by Robert Cubby
Oh God, how I hate that song. Why, you should ask? Everything that was sung about and wished for was, it seemed, forever denied me and my brothers and sisters in blue who had to work the holidays because police cannot simply close shop and be home with loved ones.
Oh, we tried making the best of a bad situation. I, fortunately, worked the midnight shift, which, if luck would have it, got me home in the morning in time to see the kids open their presents. Of course, that entailed losing sleep to be with the family, to attend church services and then, maybe, grab a few hours of sleep before getting dressed and heading out for our Christmas visits.
But even that had to be curtailed or pared down as I had to head out the door by a certain time to get the family home and for me to get changed and go back on duty the following night. Dragging myself into the district station house, it was good to see my second family in blue and partake in their little Christmas festivities. That is, if dispatch could spare us a few minutes, which was never the case.
It wasn’t as if the shift was uneventful either night. As much as I prayed for a nice, easy night so I had some energy or Christmas spirit left for my family, it never happened. Tragedy never takes a day off. The statistics don’t lie about this time of year having the highest suicide rate. Also, the family disputes and the drunken drivers who wipe themselves and others out after their night of celebrating. And I’m supposed to come home smiling, full of the Christmas spirit, when I’m actually full of images of broken bodies, death and destruction. But we know, all too well, how to suck it up and move on don’t we?
I remember one Christmas night. Heavy snows hit the area, nothing could get through anywhere. My partner and I had to handle two attempted suicides, both elderly mothers of first responders, which made matters far worse. The ambulances couldn’t get through, so we had to carry the victims through the heavy snow to where we could meet the ambulance. Heartbroken for our brothers in blue, but glad we were there to help them. A hug from our trembling brothers was enough to say thank you. Crying on each other’s shoulder said enough, no words needed to be spoken.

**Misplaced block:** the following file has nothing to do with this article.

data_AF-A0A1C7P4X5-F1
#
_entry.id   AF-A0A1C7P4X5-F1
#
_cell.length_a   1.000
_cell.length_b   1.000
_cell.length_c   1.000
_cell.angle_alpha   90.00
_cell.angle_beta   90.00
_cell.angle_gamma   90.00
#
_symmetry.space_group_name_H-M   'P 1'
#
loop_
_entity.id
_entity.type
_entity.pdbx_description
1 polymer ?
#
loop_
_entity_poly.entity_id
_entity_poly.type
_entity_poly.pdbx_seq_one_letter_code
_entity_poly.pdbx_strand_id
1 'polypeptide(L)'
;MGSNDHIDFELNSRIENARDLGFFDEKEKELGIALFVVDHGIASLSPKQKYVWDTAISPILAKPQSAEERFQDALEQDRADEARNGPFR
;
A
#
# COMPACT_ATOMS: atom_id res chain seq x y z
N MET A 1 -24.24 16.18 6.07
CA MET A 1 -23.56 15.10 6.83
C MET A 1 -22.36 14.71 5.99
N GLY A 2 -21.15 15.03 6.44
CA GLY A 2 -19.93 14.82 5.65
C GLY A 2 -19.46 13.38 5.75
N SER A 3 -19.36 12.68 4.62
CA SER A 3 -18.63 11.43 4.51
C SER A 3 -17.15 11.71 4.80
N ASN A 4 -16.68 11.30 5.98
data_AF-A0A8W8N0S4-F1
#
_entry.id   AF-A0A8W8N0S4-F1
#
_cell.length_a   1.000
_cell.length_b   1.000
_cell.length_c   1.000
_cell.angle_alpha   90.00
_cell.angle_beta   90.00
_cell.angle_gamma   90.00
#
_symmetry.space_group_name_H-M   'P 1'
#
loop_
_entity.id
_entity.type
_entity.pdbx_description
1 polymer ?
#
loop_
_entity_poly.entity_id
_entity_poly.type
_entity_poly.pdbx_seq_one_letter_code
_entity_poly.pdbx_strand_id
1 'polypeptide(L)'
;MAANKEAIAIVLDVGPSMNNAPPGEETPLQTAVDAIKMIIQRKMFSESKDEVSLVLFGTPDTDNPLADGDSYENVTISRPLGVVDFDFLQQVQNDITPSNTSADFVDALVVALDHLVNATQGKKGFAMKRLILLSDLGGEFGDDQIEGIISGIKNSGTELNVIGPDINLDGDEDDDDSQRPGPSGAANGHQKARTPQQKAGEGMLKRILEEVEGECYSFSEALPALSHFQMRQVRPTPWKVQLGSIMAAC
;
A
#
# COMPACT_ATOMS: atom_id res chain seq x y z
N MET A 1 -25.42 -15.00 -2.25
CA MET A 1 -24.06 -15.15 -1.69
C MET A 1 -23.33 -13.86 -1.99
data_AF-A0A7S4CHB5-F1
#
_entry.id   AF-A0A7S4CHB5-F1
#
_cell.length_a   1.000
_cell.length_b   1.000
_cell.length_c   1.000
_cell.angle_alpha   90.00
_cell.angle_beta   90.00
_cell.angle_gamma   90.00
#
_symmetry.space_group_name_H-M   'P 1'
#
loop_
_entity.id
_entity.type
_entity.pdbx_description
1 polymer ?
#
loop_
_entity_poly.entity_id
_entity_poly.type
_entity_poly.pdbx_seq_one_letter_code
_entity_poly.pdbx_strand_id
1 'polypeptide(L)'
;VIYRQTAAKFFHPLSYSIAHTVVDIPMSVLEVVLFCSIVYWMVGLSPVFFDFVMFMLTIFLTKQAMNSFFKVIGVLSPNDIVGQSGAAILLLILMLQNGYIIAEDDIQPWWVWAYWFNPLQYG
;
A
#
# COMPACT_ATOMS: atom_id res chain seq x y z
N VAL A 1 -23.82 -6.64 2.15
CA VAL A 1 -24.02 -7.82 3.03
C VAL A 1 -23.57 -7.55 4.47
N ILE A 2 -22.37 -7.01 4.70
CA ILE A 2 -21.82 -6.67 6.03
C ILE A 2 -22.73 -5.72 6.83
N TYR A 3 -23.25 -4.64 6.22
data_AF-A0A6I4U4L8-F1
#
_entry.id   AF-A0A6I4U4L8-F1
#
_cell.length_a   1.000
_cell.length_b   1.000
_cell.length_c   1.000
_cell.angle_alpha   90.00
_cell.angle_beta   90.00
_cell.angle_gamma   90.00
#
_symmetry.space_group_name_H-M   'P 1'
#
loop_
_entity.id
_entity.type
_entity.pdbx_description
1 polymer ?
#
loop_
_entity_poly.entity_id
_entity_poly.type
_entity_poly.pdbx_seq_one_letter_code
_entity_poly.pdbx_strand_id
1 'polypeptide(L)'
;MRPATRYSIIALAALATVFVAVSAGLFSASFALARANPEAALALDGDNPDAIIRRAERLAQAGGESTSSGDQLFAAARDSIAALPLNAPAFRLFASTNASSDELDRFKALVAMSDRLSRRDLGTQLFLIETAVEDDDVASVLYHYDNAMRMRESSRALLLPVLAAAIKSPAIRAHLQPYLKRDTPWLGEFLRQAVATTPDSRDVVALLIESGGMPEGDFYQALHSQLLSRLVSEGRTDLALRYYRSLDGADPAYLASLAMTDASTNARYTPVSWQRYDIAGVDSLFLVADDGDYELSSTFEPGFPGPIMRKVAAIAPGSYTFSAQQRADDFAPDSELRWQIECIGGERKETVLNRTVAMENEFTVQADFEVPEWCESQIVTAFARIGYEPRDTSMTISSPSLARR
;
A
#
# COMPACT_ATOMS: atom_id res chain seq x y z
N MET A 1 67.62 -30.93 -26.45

So we finally get back to our homes, bone dead tired, happy to be surrounded by the joy of Christmas. But we know it will be fleeting and temporary and, honestly, only in our dreams, as the song says. Because, unlike so many others, we just never really get to enjoy any holiday, knowing we’ll just have to go back out there on patrol and do it all again.
Now that I’m retired, I relish these moments. I can now immerse myself in the holiday the way I wished I could have done all those years ago. I think back, and wonder how I was able to muster that strength to get through those days and still be there for my family.
So for all my brothers and sisters who have to be on duty during these holidays, thank you all for making that sacrifice. Be there for you family, share those precious moments and cherish them. And please know that at least there’s one person who appreciates you and your protection. Merry Christmas and Happy New Year.
About the Author: Robert Cubby was born January 4, 1950. He attended Montclair State College (University) earning a BA degree in psychology. Shortly after graduation, Robert was sworn in as a police officer for the Jersey City Police Department. After attending the Police Academy, he was assigned to the patrol division. After seven years of working in two patrol districts, he was transferred to the Emergency Services Bureau where he was an instructor for the Police Academy. After 8 1/2 years, Robert was promoted to sergeant and assigned to the Property Unit. This was followed by assignments back in patrol as a sergeant, lieutenant, and captain. As a lieutenant, Robert was deployed to assist in the efforts during the 9/11 terrorist attacks in New York City. As a captain, he was assigned out of title 50% of the time as an acting inspector/city commander. Captain Cubby retired from the Jersey City police Department in 2011 after 38 years, 4 months of service. As the result of his service to the department, he was diagnosed with PTSD and continues to struggle with it on a recurring basis. Robert also appeared in the film, Code9 Officer Needs Assistance.